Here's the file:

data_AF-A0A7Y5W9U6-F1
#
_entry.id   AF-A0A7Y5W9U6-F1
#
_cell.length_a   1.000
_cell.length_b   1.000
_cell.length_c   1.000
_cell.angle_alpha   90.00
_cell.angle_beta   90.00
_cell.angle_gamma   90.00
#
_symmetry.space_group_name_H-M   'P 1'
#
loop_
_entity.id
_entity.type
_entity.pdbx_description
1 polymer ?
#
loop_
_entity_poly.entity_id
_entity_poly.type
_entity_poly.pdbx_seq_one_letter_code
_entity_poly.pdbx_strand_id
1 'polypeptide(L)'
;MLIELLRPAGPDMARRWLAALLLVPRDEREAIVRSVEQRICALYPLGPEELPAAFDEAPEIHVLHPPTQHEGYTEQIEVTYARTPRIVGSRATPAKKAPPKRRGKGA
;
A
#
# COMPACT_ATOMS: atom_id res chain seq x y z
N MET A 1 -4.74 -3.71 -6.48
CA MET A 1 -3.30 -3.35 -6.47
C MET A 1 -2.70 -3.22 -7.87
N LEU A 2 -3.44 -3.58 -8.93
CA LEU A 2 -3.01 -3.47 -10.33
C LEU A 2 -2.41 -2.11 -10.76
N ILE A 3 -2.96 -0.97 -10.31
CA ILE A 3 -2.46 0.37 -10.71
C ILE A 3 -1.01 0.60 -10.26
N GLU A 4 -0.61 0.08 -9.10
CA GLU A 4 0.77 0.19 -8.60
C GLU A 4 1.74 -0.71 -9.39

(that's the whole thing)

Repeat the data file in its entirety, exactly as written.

data_AF-A0A7Y5W9U6-F1
#
_entry.id   AF-A0A7Y5W9U6-F1
#
_cell.length_a   1.000
_cell.length_b   1.000
_cell.length_c   1.000
_cell.angle_alpha   90.00
_cell.angle_beta   90.00
_cell.angle_gamma   90.00
#
_symmetry.space_group_name_H-M   'P 1'
#
loop_
_entity.id
_entity.type
_entity.pdbx_description
1 polymer ?
#
loop_
_entity_poly.entity_id
_entity_poly.type
_entity_poly.pdbx_seq_one_letter_code
_entity_poly.pdbx_strand_id
1 'polypeptide(L)'
;MLIELLRPAGPDMARRWLAALLLVPRDEREAIVRSVEQRICALYPLGPEELPAAFDEAPEIHVLHPPTQHEGYTEQIEVTYARTPRIVGSRATPAKKAPPKRRGKGA
;
A
#
# COMPACT_ATOMS: atom_id res chain seq x y z
N MET A 1 -4.74 -3.71 -6.48
CA MET A 1 -3.30 -3.35 -6.47
C MET A 1 -2.70 -3.22 -7.87
N LEU A 2 -3.44 -3.58 -8.93
CA LEU A 2 -3.01 -3.47 -10.33
C LEU A 2 -2.41 -2.11 -10.76
N ILE A 3 -2.96 -0.97 -10.31
CA ILE A 3 -2.46 0.37 -10.71
C ILE A 3 -1.01 0.60 -10.26
N GLU A 4 -0.61 0.08 -9.10
CA GLU A 4 0.77 0.19 -8.60
C GLU A 4 1.74 -0.71 -9.39